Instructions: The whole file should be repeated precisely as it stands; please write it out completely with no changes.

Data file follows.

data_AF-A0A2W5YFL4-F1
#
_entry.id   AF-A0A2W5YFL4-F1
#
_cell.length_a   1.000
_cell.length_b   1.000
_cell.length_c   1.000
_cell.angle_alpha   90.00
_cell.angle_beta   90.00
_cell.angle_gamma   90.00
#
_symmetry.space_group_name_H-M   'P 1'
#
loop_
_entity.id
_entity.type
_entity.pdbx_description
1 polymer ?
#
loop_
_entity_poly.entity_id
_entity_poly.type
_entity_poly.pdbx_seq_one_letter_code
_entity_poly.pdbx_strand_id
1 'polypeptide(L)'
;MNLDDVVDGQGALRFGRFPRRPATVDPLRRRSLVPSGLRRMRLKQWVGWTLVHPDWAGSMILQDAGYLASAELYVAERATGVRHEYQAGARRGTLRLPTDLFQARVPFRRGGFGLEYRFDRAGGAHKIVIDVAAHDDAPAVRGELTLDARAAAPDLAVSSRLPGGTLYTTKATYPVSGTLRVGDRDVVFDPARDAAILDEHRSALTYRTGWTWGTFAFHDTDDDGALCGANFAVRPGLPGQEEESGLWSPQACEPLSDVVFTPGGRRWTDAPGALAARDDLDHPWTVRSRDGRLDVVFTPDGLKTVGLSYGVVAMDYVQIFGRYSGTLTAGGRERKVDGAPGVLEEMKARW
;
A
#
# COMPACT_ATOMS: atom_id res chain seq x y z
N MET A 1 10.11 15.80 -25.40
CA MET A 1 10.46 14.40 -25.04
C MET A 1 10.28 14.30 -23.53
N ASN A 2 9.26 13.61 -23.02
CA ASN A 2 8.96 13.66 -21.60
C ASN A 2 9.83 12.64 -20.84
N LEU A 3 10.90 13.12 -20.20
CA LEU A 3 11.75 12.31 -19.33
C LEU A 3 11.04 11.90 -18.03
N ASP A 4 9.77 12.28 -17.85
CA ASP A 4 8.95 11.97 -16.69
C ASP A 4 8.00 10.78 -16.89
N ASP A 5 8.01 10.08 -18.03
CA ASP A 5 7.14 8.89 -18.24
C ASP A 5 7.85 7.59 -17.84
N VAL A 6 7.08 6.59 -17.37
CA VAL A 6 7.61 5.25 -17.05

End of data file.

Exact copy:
data_AF-A0A2W5YFL4-F1
#
_entry.id   AF-A0A2W5YFL4-F1
#
_cell.length_a   1.000
_cell.length_b   1.000
_cell.length_c   1.000
_cell.angle_alpha   90.00
_cell.angle_beta   90.00
_cell.angle_gamma   90.00
#
_symmetry.space_group_name_H-M   'P 1'
#
loop_
_entity.id
_entity.type
_entity.pdbx_description
1 polymer ?
#
loop_
_entity_poly.entity_id
_entity_poly.type
_entity_poly.pdbx_seq_one_letter_code
_entity_poly.pdbx_strand_id
1 'polypeptide(L)'
;MNLDDVVDGQGALRFGRFPRRPATVDPLRRRSLVPSGLRRMRLKQWVGWTLVHPDWAGSMILQDAGYLASAELYVAERATGVRHEYQAGARRGTLRLPTDLFQARVPFRRGGFGLEYRFDRAGGAHKIVIDVAAHDDAPAVRGELTLDARAAAPDLAVSSRLPGGTLYTTKATYPVSGTLRVGDRDVVFDPARDAAILDEHRSALTYRTGWTWGTFAFHDTDDDGALCGANFAVRPGLPGQEEESGLWSPQACEPLSDVVFTPGGRRWTDAPGALAARDDLDHPWTVRSRDGRLDVVFTPDGLKTVGLSYGVVAMDYVQIFGRYSGTLTAGGRERKVDGAPGVLEEMKARW
;
A
#
# COMPACT_ATOMS: atom_id res chain seq x y z
N MET A 1 10.11 15.80 -25.40
CA MET A 1 10.46 14.40 -25.04
C MET A 1 10.28 14.30 -23.53
N ASN A 2 9.26 13.61 -23.02
CA ASN A 2 8.96 13.66 -21.60
C ASN A 2 9.83 12.64 -20.84
N LEU A 3 10.90 13.12 -20.20
CA LEU A 3 11.75 12.31 -19.33
C LEU A 3 11.04 11.90 -18.03
N ASP A 4 9.77 12.28 -17.85
CA ASP A 4 8.95 11.97 -16.69
C ASP A 4 8.00 10.78 -16.89
N ASP A 5 8.01 10.08 -18.03
CA ASP A 5 7.14 8.89 -18.24
C ASP A 5 7.85 7.59 -17.84
N VAL A 6 7.08 6.59 -17.37
CA VAL A 6 7.61 5.25 -17.05